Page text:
Open Art - co-hosted open space session notes
I co-hosted an Open Space session with @alijacs (on twitter). We ran the session as an interactive, collaborative discussion session and expanded the definition of Open Art to include culture, design and other creative activities in order to include the interests and perspectives of the participants.
These are the notes from that session (not necessarily in the original order and not expressive of the entirety of the discourse):
- industrial design
- geeky/arty continuum
- one off contributions vs ongoing support
- distribution mediums
- new models of making $$$
Generic open source platform for open, collaborative art
Flat structure - artists, designers, dws (digital workstation)
Cooperative - exchange artist talents
Useful places + ideas about organizational structure: iwantmyname, Loomio
Do we need a culture shift?
We can't pay our bills if we're always accepting others' use of our work without compensation as 'good exposure'.
#Overheard "No one would ask a surgeon to operate for exposure"
People need to appreciate/learn to appreciate art: time/expertise/effort
Invite the public to see the 'backstage' view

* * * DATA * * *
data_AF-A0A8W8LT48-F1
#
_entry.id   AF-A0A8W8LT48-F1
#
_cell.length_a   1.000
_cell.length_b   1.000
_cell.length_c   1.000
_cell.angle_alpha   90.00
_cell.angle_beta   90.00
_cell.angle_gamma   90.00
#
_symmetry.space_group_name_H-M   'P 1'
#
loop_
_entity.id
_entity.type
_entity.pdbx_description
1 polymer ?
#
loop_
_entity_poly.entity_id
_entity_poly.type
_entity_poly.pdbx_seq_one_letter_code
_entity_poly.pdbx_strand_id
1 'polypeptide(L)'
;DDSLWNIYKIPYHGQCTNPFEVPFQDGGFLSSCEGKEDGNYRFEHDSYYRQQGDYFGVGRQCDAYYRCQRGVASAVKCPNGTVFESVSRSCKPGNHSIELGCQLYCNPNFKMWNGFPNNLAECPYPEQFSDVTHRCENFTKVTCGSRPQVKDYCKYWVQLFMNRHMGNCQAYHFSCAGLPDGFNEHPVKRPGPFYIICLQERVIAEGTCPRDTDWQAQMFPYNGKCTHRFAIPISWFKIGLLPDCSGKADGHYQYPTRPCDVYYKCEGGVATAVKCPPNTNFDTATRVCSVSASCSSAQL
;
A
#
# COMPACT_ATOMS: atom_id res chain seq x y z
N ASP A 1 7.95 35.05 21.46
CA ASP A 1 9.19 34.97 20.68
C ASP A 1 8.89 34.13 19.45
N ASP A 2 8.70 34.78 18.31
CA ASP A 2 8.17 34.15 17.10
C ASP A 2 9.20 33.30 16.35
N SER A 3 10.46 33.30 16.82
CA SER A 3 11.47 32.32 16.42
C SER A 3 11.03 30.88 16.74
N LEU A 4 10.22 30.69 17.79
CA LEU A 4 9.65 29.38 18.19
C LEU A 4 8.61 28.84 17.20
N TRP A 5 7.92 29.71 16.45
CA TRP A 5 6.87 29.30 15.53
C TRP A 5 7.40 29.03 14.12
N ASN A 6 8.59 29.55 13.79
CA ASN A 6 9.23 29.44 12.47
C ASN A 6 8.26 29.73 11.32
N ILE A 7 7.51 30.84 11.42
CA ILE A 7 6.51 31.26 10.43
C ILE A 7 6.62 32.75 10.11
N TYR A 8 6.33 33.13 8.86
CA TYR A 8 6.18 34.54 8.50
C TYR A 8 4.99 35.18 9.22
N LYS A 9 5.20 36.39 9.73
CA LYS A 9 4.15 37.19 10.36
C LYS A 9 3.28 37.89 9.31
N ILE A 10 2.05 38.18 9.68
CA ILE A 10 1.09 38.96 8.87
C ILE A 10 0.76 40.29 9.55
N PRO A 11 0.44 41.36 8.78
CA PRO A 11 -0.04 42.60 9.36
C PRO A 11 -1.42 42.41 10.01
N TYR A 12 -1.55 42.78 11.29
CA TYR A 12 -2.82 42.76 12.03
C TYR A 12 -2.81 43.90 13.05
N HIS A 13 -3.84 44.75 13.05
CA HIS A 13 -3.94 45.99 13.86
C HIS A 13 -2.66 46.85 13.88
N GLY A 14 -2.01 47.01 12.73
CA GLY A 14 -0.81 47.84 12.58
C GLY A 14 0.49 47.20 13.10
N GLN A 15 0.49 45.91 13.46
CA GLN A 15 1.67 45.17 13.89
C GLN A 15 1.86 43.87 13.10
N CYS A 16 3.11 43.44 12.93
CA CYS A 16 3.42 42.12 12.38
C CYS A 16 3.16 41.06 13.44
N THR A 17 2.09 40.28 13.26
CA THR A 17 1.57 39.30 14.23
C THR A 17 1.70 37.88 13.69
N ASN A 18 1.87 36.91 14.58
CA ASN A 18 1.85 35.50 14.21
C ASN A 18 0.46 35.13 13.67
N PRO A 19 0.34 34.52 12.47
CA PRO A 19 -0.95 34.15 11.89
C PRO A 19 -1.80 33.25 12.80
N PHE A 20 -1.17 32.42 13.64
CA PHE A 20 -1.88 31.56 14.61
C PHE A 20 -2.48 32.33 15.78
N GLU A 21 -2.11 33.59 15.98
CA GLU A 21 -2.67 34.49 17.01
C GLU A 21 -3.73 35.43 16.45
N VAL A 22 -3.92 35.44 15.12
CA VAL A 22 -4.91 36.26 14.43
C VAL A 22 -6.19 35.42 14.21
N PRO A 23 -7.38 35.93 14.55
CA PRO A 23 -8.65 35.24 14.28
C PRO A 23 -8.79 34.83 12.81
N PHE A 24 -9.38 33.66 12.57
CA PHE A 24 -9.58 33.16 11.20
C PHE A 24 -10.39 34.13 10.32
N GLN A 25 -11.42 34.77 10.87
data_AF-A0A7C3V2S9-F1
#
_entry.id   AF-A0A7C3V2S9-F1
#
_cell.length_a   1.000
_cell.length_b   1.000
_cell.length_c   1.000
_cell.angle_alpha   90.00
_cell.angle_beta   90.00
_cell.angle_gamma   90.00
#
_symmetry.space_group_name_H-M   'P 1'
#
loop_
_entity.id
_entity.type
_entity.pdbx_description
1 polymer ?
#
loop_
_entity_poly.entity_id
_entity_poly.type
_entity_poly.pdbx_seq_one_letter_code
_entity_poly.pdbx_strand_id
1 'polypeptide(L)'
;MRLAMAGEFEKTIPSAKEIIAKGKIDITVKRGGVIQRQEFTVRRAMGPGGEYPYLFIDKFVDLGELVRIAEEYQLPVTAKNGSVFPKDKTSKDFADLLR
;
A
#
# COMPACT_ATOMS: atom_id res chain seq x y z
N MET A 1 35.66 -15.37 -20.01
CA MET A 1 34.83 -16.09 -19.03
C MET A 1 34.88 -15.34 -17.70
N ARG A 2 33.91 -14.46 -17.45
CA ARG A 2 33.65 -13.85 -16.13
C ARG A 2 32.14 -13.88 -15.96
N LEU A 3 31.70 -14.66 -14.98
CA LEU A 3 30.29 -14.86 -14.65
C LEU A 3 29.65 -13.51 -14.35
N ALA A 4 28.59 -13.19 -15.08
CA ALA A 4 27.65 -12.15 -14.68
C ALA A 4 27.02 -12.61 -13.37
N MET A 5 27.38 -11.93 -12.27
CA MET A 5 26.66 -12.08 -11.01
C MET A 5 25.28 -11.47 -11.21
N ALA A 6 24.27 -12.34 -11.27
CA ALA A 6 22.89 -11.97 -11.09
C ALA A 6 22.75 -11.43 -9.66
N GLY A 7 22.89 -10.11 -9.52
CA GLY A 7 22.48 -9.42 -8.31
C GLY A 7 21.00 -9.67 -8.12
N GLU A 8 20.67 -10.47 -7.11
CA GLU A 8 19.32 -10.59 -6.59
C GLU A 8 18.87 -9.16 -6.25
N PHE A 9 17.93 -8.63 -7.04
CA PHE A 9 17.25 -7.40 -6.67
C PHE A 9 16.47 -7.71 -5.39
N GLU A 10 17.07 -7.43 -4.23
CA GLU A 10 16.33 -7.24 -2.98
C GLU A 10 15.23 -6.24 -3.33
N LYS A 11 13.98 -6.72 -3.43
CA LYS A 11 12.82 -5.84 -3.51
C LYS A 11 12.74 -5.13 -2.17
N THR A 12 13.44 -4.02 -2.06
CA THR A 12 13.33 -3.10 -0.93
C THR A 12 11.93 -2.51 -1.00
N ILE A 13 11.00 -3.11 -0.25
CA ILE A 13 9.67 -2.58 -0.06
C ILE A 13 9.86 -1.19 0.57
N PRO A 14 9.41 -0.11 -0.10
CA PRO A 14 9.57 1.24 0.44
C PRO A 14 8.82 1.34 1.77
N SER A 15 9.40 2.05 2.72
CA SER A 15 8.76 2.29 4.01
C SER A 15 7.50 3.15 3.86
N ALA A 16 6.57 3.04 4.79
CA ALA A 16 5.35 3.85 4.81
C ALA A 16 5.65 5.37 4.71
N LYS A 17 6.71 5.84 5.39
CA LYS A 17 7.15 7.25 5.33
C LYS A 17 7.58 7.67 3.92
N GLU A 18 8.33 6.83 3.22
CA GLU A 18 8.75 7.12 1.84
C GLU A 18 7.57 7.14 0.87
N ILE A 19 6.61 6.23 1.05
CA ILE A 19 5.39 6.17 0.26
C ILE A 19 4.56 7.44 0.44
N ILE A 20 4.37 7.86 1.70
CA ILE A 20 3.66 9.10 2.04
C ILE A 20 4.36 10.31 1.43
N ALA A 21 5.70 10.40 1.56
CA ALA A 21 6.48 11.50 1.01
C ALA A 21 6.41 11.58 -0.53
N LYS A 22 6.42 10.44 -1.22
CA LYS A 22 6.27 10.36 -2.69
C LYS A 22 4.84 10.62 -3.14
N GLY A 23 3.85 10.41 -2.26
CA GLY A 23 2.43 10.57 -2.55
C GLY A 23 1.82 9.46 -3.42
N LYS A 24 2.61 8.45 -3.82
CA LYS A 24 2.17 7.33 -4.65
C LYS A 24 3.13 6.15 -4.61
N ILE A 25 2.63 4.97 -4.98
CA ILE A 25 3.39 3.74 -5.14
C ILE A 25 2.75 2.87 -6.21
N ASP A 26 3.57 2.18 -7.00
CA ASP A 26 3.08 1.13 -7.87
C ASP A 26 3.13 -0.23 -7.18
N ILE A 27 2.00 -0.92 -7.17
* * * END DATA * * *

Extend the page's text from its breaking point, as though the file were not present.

Waiting and paying vs Illegal downloading
Some artists may actively encourage others to access their work through providing USB access to live show recordings, art exhibition data etc.
Can we have fair use without copyright?
The artist is only one element - need to consider downstream effects: employees, recording engineers, distribution and retail impacts etc.
What about artists who don't rely on digital formats? Live experience value
Game of Thrones:
#1 in Spain through illegal downloads though never released there (access creating new markets)
Early release of new season episodes - marketing ploy?
Culture, pirating, impatience, immediate gratification, 'everyone' can get it (in theory) vs personal choice to wait for official release, principles, creatives refraining from illegal downloads as a form of 'do unto others'
What does respect for artists look like?
What is the future?
Future of machine automation: human creativity and ingenuity will set us apart, potential increase in value, 'premium product/service'